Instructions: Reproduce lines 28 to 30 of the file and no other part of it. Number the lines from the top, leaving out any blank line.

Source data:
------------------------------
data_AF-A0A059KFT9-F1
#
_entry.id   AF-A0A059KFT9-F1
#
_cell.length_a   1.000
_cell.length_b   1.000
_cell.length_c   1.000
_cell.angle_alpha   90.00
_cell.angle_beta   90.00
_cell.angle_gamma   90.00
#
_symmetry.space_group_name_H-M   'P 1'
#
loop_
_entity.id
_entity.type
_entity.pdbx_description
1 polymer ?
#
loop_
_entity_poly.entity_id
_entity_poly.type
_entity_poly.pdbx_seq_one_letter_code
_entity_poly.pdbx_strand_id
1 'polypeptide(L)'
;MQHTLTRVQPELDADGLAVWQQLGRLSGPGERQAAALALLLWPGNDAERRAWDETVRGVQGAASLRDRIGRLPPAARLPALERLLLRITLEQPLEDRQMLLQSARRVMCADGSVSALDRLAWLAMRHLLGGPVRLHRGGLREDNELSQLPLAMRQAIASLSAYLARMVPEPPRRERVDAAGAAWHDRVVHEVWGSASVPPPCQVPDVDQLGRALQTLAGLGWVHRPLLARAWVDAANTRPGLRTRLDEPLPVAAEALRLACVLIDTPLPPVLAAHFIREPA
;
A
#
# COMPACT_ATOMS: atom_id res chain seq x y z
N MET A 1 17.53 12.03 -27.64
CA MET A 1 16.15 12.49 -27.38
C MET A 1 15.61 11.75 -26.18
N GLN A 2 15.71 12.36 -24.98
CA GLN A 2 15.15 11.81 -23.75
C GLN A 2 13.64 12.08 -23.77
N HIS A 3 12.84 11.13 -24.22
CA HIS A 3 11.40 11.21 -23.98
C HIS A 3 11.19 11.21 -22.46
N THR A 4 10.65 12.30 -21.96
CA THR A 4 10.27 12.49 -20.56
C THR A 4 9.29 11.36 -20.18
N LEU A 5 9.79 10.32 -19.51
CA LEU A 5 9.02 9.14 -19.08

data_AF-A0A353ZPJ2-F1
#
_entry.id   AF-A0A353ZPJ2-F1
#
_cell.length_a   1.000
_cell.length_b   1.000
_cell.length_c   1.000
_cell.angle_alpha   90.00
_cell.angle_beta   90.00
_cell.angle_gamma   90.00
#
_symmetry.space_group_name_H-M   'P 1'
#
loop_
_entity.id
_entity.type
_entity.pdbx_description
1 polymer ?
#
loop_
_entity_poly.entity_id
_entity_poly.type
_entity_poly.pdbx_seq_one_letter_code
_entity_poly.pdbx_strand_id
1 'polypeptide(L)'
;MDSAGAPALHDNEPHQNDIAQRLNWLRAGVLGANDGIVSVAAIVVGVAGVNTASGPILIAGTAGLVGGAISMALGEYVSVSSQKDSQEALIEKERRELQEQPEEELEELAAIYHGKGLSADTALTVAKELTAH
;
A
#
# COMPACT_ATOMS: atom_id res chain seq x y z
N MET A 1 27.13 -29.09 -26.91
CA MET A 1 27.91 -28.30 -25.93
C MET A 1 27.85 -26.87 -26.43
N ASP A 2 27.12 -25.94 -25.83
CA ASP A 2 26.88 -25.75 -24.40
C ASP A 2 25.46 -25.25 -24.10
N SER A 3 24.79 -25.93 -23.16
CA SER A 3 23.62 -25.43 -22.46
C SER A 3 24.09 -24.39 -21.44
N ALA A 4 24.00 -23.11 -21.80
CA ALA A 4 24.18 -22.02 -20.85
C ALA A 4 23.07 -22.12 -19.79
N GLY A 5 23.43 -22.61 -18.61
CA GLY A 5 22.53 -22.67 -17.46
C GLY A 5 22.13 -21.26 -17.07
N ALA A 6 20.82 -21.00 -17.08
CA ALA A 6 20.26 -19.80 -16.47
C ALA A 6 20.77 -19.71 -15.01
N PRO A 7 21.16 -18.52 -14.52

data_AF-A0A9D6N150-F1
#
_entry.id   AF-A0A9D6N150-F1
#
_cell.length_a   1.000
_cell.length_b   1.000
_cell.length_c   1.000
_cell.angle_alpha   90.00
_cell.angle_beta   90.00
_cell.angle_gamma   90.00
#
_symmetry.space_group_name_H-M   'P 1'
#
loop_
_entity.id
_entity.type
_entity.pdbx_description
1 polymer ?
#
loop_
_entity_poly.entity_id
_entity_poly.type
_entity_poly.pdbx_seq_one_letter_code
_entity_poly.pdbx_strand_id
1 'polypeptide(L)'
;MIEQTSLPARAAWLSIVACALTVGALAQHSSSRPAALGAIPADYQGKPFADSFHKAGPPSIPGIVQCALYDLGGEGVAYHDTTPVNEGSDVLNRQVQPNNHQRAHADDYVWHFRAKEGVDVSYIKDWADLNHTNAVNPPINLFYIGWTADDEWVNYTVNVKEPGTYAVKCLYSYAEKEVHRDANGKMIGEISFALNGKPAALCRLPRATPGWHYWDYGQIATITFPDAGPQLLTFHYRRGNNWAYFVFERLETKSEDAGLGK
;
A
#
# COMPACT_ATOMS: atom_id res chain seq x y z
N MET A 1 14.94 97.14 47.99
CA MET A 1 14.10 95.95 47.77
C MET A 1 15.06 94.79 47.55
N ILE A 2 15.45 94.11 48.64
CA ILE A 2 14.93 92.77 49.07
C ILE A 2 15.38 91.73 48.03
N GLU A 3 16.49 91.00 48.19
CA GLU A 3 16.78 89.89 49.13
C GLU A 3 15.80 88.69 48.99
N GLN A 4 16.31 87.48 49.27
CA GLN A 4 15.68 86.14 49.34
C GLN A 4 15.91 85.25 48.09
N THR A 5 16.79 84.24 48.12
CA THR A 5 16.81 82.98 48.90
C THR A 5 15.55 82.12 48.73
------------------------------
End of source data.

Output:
A
#
# COMPACT_ATOMS: atom_id res chain seq x y z